Family History - The Maghrib
Morocca, Algeria, Tunisia

This region has, since prehistory, been both isolated by the Sahara and Libyan deserts and linked into the vast movement of people around the Mediterranean. Thus, it has its own cultural character but has exchanged many genes with its neighbors. From the beginning of the study period until the high Middle Ages, the majority of the population has consisted of Berbers, speakers of a group of languages distantly akin to Semitic tongues and Ancient Egyptian. Since before the beginning of the study period, however, they were ruled by a Roman upper crust. Indeed, if your ancestors were in the Maghrib in 500 CE, their ancestors might also have lived anywhere within the Roman Empire in 1 CE..

Trans-Saharan slave trade: Starting near the beginning of the study period, camels were introduced to the Sahara and trans-Saharan trade became common and reliable, with merchants from the Maghrib trading with partners in the empires of the Niger River valley (Ghana, later Mali and Songhay). The typical trade was of Mediterranean manufactured goods for slaves from the nations of West Africa - sort of a "series-pilot" for the later transatlantic slave trade. Thus, if your ancestors were in the Maghrib in 500 CE, their ancestors might also have lived in the Niger River valley or the nations to the south of it in 1 CE. (This infusion of West African genes remains a constant fixture of Maghribi demographics until after 1490, when the West Africa began selling its captives into the European-controlled transatlantic slave trade. )

Fifth Century: The migrations of central and northern European peoples that engulfed the western Roman Empire made it to the Maghrib with the invasion of the Vandals, who replaced the Romans as the new aristocracy. The Vandals originated in southern Sweden during the first century and migrated through modern Poland, Czech Republic, Slovakia, Austria, Southern Germany, France, and Spain, eventually to land in North Africa. Thus, if your ancestors were in the Maghrib in 500 CE, their ancestors might also have lived anywhere along the track of the Vandalic migrations in 1 CE.

Seventh century: The new Islamic state expanded to include the Maghrib (Arabic for "the West"). Like the Romans previously, the Vandals lost power, intermarried, and ceased to exist as a separate group. Now the upper crust was Arab. The conversion of the Berbers to Islam gave them a common purpose and increased security for the rapidly expanding Trans-Saharan commerce. Also, it was mostly a Berber army that Tariq ibn Ziyad led to its amazing victory in Spain. Thus, if your ancestors were in the Maghrib in 1000 CE, some of their ancestors just barely might also have lived in Arabia in 500 CE. Note, however:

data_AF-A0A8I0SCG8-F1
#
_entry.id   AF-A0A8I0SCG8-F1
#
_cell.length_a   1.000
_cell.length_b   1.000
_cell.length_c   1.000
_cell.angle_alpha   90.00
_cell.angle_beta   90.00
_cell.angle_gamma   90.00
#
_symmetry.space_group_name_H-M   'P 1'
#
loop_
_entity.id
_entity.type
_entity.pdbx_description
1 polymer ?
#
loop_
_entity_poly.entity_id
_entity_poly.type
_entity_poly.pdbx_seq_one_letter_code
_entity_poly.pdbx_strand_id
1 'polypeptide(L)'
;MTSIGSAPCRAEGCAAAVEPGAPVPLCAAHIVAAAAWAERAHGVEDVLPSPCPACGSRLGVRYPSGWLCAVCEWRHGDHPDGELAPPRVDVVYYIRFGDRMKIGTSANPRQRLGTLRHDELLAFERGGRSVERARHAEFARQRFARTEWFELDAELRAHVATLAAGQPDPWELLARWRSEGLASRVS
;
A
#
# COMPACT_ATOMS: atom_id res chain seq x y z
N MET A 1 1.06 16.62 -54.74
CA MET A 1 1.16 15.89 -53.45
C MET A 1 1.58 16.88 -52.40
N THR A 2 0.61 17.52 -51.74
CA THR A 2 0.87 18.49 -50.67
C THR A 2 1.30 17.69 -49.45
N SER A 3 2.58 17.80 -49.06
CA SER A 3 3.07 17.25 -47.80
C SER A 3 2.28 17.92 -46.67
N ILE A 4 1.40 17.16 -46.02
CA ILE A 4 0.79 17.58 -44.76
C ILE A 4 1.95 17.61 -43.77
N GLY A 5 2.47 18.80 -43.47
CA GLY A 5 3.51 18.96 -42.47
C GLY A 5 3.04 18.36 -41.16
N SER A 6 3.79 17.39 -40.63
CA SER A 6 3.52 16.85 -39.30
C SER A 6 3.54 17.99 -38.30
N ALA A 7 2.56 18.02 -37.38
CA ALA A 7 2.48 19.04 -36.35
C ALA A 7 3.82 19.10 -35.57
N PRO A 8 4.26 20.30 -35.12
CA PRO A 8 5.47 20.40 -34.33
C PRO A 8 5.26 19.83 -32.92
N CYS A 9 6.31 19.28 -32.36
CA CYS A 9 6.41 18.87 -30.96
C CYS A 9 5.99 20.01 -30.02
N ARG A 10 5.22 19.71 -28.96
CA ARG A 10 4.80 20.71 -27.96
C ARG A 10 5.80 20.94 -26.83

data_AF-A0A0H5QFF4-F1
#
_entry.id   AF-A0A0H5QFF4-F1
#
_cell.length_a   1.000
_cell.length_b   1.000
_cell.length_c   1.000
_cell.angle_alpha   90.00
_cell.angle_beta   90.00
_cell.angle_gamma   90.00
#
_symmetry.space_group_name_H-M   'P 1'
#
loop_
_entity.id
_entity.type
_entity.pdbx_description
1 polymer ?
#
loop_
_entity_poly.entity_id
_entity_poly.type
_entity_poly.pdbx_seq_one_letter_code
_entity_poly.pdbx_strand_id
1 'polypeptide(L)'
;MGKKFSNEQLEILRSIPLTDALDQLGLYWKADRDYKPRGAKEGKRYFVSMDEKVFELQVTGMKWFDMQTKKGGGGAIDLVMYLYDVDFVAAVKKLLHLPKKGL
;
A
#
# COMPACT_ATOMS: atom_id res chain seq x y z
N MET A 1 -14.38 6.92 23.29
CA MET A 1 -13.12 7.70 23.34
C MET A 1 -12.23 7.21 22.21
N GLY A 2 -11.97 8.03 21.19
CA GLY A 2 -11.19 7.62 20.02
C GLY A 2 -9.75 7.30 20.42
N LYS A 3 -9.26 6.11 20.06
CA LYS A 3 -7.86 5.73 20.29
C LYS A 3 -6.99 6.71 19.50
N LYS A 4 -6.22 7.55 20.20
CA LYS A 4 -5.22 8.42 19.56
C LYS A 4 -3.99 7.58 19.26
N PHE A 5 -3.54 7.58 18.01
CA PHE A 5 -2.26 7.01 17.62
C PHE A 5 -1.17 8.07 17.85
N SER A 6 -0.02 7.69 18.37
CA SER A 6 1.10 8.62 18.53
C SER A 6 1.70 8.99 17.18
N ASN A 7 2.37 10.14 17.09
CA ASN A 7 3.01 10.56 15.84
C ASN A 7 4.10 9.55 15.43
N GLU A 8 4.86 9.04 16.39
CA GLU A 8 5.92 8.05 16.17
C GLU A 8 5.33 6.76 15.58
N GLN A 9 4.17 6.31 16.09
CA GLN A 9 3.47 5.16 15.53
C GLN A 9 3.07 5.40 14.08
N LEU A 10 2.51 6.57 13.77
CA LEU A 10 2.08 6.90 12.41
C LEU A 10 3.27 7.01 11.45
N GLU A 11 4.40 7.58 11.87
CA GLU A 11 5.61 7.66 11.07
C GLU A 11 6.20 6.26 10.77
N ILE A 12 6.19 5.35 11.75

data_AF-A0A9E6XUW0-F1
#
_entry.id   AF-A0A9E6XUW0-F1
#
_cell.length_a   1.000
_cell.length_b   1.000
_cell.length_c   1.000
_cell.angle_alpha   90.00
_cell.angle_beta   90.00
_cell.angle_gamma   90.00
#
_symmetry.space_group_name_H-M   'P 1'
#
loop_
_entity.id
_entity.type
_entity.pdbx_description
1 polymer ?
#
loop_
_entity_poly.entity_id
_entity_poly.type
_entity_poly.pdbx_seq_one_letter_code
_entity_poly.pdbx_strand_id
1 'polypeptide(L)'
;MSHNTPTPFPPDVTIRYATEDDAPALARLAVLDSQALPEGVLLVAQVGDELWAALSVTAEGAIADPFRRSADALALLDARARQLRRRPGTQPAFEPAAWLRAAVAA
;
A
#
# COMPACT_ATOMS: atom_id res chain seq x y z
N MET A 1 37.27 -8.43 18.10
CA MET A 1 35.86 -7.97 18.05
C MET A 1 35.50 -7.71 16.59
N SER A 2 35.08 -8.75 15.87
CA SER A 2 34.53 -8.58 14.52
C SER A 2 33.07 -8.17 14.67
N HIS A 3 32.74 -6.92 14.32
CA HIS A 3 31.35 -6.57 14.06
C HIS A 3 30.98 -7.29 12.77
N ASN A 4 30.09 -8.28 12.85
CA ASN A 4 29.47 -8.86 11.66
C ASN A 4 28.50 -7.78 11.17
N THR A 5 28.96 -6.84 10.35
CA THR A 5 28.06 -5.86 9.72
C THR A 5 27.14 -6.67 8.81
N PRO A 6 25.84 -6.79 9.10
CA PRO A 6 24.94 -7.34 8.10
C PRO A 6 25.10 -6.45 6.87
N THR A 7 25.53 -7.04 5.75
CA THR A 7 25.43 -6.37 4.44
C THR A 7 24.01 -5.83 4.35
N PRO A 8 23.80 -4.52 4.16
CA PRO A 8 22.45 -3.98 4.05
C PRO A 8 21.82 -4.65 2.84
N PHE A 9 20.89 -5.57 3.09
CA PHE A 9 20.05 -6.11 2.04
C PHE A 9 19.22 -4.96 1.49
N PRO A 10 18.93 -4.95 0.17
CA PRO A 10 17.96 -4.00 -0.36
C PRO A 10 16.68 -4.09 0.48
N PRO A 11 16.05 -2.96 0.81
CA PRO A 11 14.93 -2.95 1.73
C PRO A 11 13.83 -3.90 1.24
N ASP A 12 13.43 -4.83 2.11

Twelfth century: The ultimate collision between the independent Maghrib and central Islamic authorities came when the Shiite Fatimid caliphs (based in Egypt) decided to assert control over the undisciplined west. A major piece of their strategy was to encourage Arabic-speaking Bedouin nomads from Egypt, the Banu Hilal and Banu Sulaym to settle in the Maghrib. This was the first major infusion of Arab genes to the region. Thus, if your ancestors were Arabic speakers in the Maghrib in 1490 CE, some of their ancestors surely also have lived in Egypt and Arabia in 100000 CE.

Spanish reconquest and resurgence

Sixteenth century: In 1492, the unified kingdoms of Castille and Aragon eliminated Granada, the last Islamic state in Iberia and instituted the mass-deportation of Spanish Muslims and Jews. Whether your ancestors were Muslims or Jews, if they lived in the Maghrib in 1800, they might trace at least part of their ancestry back to this infusion of Spanish genes at the end of the fifteenth century.

But that's not all. At this point, Portuguese merchants established direct contact with the city-states of Western sub-Saharan Africa. From this point forward, traffic in West African slaves moved across the Atlantic to Europe or the New World, rather than across the Sahara to the Maghrib. To make matters worse, competition for military dominance of the Western Mediterranean between Spain and the Ottoman Empire led to a breakdown of commerce. Except for the introduction of a super-thin upper crust of Ottoman officials, the Maghrib was more isolated than at any time previously. In place of proper trade, the Maghrib became the haunt of "corsairs" - pirates preying on the shipping of Christian nations. These received the attention of the young US Navy under president Jefferson, ("...to the shores of Tripoli...") but more notoriously, they served as a pretext for attack by....

1830 - France: Under the pretext of suppressing Algerian corsairs, France invaded. The French were fought bitterly, resulting in the deployment of a very large French fighting force and the depopulation of the countryside. The consequence was a movement toward widespread permanent French settlement. Resistance to French colonization led to a century of constant bitter hostility. Not a climate for romance. Nevertheless, if your ancestry is Algerian and your family folklore indicates French connections, or vice versa, Take it seriously.